In D. Mark Mitchell’s opinion, if you ever interacted with Pat Dye, you likely had a story to tell. And for Mitchell, his story is one that he won’t soon forget.
The longtime Opelika High School football broadcaster and local radio host never really knew Dye until about 12 years ago. At that point, Dye stepped up and came through for Mitchell during one of the most difficult periods in Mitchell’s life.
Mitchell underwent a hip surgery in 1992 that was ultimately botched, which resulted in one of the muscles in his leg becoming locked with a sciatic nerve that created issues that he’s still dealing with 28 years later. Through the years, he took Advil, Tylenol, and a nerve medication to try and combat some of the problems he had as a result.
By around 2007, Mitchell’s liver had been severely affected by the medication. At one point he nearly bled out through the veins in his throat, leading to him being rushed to the emergency room and then on to UAB’s hospital in Birmingham.
Mitchell faced a number of questions about his health, and he feared for his life and the future of his two young daughters. While he wondered about what was next, mutual friend Bub Langford reached out to Dye to see if he could help.
Dye was no stranger to liver problems himself, having dealt with hemochromatosis prior to the 1991 football season. Despite not knowing Mitchell, Dye called him up and did his best to encourage Mitchell during a point in his life where fear and helplessness were the overwhelming emotions.
“It was really kind of surreal to know, number one, why would he care? Why care about this guy, D. Mark? Why did he care to talk to me? That’s amazing to me right there, but boy, did he talk to me. He was so focused. That’s what probably got me the most,” Mitchell said about their near-two hour conversation. “We talked about his situation, and he was wanting to know about what all I was going through with my liver. The things that we talked about were really kind of mental things and of course the health-side of it and how he overcame it. I said, ‘Coach, I’ll be honest with you: I appreciate you talking to me. I’m scared.’ He said, ‘Hell, son, I was too. You’re going to be alright. God’s got your back. You’re a good guy.’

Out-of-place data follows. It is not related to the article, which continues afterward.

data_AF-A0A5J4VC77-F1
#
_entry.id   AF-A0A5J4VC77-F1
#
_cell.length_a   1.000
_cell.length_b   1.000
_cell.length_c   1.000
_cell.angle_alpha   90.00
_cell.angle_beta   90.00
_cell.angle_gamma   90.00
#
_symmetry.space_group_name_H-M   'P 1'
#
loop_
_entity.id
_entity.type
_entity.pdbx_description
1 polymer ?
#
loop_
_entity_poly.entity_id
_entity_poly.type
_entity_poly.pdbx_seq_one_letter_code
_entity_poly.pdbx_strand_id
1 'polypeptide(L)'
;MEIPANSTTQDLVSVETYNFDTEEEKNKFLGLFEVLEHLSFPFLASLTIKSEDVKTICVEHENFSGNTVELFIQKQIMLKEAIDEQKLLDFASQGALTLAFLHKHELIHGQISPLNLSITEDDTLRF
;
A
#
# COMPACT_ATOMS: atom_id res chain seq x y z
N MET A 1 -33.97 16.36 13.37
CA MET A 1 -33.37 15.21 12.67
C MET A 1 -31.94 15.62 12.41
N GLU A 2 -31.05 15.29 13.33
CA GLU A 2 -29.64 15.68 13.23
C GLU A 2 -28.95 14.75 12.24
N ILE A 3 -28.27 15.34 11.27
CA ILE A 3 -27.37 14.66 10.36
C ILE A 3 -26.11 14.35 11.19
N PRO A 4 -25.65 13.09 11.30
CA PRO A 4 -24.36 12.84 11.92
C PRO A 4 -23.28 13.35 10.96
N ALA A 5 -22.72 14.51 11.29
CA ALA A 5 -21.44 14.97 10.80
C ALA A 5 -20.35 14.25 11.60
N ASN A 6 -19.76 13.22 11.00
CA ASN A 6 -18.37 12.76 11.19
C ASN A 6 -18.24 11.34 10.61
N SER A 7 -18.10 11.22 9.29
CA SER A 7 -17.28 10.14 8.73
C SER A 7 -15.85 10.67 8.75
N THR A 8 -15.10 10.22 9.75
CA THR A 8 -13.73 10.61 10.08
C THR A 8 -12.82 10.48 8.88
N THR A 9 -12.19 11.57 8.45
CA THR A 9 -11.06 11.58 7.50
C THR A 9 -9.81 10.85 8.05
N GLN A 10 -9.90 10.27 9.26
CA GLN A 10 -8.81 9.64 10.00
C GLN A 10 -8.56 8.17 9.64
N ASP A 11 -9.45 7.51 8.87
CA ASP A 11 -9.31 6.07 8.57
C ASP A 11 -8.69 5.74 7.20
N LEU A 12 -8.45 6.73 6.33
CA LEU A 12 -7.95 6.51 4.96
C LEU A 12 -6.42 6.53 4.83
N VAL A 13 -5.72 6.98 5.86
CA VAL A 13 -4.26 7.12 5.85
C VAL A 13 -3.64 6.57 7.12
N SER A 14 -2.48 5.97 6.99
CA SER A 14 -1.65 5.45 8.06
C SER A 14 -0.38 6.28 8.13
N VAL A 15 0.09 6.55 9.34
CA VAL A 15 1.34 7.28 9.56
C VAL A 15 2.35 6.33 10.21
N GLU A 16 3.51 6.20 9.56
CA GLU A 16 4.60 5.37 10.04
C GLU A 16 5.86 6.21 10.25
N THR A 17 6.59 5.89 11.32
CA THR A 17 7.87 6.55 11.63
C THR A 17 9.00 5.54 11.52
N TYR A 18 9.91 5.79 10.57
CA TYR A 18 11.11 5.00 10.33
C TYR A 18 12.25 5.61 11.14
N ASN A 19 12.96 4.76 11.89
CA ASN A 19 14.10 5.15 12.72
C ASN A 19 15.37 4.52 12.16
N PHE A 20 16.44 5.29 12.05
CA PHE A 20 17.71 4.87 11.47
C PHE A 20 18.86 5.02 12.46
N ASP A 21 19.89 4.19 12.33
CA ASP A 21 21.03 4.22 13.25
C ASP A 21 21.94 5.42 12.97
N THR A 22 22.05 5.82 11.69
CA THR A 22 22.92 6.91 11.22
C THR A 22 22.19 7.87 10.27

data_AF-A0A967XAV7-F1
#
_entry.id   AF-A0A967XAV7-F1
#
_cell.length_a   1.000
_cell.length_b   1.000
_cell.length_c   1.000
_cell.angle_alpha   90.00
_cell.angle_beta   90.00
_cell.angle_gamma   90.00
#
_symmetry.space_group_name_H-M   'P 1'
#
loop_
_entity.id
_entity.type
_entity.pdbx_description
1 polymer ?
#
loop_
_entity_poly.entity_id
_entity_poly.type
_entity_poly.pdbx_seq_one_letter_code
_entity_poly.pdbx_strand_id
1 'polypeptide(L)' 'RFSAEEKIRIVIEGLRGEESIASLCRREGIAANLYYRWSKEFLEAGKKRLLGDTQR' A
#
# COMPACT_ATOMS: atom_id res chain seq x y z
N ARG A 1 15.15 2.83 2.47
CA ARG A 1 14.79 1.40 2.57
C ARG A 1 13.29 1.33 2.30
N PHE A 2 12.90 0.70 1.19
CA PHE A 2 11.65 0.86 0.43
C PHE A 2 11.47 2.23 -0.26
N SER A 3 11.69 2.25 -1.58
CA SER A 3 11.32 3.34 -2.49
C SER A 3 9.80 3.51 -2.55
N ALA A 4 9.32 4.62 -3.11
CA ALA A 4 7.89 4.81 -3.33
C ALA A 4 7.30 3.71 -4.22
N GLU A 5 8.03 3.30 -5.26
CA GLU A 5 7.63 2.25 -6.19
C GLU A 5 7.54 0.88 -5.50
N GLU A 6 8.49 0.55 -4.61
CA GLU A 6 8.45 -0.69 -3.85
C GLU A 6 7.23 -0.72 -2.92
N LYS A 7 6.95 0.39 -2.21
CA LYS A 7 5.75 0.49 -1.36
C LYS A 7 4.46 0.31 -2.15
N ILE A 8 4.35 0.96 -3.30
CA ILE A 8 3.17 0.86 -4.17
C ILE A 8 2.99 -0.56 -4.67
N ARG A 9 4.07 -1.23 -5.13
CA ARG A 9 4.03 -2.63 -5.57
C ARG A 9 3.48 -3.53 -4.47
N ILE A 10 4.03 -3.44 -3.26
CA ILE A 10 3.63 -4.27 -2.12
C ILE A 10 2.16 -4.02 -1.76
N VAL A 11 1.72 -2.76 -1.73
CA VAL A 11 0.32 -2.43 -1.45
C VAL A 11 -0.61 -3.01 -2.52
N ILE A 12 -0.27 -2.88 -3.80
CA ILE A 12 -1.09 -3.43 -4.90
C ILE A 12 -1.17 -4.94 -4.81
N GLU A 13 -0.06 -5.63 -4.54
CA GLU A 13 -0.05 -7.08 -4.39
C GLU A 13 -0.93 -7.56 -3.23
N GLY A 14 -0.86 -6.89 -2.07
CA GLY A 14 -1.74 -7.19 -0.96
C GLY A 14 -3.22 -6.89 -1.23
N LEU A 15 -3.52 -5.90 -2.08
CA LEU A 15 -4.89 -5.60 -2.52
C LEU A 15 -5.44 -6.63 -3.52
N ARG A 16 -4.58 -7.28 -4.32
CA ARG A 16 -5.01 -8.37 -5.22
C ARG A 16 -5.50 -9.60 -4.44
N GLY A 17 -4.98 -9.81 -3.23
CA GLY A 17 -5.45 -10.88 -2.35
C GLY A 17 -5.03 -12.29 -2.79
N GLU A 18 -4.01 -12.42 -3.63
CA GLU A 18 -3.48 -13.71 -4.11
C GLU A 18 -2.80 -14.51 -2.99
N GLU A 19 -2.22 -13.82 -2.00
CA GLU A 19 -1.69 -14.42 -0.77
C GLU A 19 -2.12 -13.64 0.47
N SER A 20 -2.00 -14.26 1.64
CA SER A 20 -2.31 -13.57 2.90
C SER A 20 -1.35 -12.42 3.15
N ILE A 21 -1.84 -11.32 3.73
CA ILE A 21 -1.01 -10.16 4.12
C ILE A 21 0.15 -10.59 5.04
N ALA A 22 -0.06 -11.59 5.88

“It was kind of like, well, it’s OK to be scared. You’re sitting there, and you’re like, well, if coach Pat Dye was scared — this tough, intimidating guy. He couldn’t have been better to me.”
Fast friendsDye could have easily left it at that with Mitchell, but the call proved to be the start of a friendship that lasted the rest of Dye’s life.
Dye started calling into Mitchell’s radio show every Monday at 7:05 a.m. not long after that, beginning a ritual that continued until Dye’s health took a turn for the worst. The two also kept up with each other outside of work, whether that involved Dye welcoming Mitchell and one of his grandsons to fish on his property or Mitchell making sure Dye had a gate pass handy when the AHSAA’s Super 7 championship series came to Jordan-Hare Stadium.
Mitchell occasionally checked in on Dye over the last three months and had one specific conversation with him that fittingly summed up Dye’s humbleness.
Knowing Dye was usually an early riser, Mitchell called from the radio station at 8 a.m. one morning to check in only to realize once Dye picked up that the call woke him up. Disoriented by the phone ringing, Dye chastised Mitchell for waking him up before Mitchell quickly apologized and hung up the phone.
Mitchell said he had practically forgotten about their short conversation when Dye called back the next day.
“I see his number. I answered and said, ‘Hey, Coach, what’s going on man?’ He said, ‘I want to apologize because I was ugly to you yesterday,’” Mitchell recalled. “I said, ‘Coach, I ain’t thought nothing about that. You know better than that.’ He goes, ‘Well, I have. I have all morning. You were nice enough to check on me and care about me, and I shouldn’t have popped off at you like that. I just wanted to apologize.’
“Man, that got to me. It still does. Here’s coach Dye calling me to tell me he’s apologizing. It was like, holy cow.”
Mitchell explained he got upset over the last few days when it became apparent that Dye would soon be gone. As tough as his loss was for Mitchell, it couldn’t take away the priceless feeling that Dye gave him when he showed a stranger so many years ago that he cared.
“I’ll remember him as a man that did a lot for me mentally. He was a good man,” Mitchell said. “He helped me through a very serious time in my life, and I’ll never forget it. I’m going to miss him this fall on Monday at 7:05 when it’s time for him to call.
“I’ll remember him for always being some kind of special man to me.”